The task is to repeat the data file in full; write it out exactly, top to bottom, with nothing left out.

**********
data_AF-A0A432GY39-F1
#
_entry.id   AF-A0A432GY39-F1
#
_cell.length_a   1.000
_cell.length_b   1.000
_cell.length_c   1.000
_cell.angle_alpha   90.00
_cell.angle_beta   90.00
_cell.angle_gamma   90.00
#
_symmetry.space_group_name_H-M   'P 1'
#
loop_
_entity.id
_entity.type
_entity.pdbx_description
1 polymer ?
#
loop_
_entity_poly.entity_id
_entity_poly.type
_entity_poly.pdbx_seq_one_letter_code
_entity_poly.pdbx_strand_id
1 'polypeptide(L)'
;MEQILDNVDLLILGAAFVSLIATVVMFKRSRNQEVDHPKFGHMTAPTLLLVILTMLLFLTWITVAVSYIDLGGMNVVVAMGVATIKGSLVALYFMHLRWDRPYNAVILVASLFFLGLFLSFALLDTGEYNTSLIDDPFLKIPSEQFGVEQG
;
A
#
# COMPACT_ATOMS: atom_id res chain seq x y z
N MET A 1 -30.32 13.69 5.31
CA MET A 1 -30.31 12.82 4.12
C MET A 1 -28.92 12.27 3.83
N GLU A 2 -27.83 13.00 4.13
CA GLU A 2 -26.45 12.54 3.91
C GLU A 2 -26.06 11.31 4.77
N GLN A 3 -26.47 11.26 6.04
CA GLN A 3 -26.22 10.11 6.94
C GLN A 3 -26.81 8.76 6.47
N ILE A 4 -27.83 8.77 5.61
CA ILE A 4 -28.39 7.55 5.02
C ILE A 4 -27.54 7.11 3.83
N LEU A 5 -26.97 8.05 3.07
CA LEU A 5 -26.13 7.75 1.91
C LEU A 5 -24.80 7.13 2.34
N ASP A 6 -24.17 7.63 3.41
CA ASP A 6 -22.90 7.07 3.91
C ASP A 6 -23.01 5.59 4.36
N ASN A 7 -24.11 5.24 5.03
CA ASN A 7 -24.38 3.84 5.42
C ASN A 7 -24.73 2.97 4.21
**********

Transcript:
data_AF-A0A432GY39-F1
#
_entry.id   AF-A0A432GY39-F1
#
_cell.length_a   1.000
_cell.length_b   1.000
_cell.length_c   1.000
_cell.angle_alpha   90.00
_cell.angle_beta   90.00
_cell.angle_gamma   90.00
#
_symmetry.space_group_name_H-M   'P 1'
#
loop_
_entity.id
_entity.type
_entity.pdbx_description
1 polymer ?
#
loop_
_entity_poly.entity_id
_entity_poly.type
_entity_poly.pdbx_seq_one_letter_code
_entity_poly.pdbx_strand_id
1 'polypeptide(L)'
;MEQILDNVDLLILGAAFVSLIATVVMFKRSRNQEVDHPKFGHMTAPTLLLVILTMLLFLTWITVAVSYIDLGGMNVVVAMGVATIKGSLVALYFMHLRWDRPYNAVILVASLFFLGLFLSFALLDTGEYNTSLIDDPFLKIPSEQFGVEQG
;
A
#
# COMPACT_ATOMS: atom_id res chain seq x y z
N MET A 1 -30.32 13.69 5.31
CA MET A 1 -30.31 12.82 4.12
C MET A 1 -28.92 12.27 3.83
N GLU A 2 -27.83 13.00 4.13
CA GLU A 2 -26.45 12.54 3.91
C GLU A 2 -26.06 11.31 4.77
N GLN A 3 -26.47 11.26 6.04
CA GLN A 3 -26.22 10.11 6.94
C GLN A 3 -26.81 8.76 6.47
N ILE A 4 -27.83 8.77 5.61
CA ILE A 4 -28.39 7.55 5.02
C ILE A 4 -27.54 7.11 3.83
N LEU A 5 -26.97 8.05 3.07
CA LEU A 5 -26.13 7.75 1.91
C LEU A 5 -24.80 7.13 2.34
N ASP A 6 -24.17 7.63 3.41
CA ASP A 6 -22.90 7.07 3.91
C ASP A 6 -23.01 5.59 4.36
N ASN A 7 -24.11 5.24 5.03
CA ASN A 7 -24.38 3.84 5.42
C ASN A 7 -24.73 2.97 4.21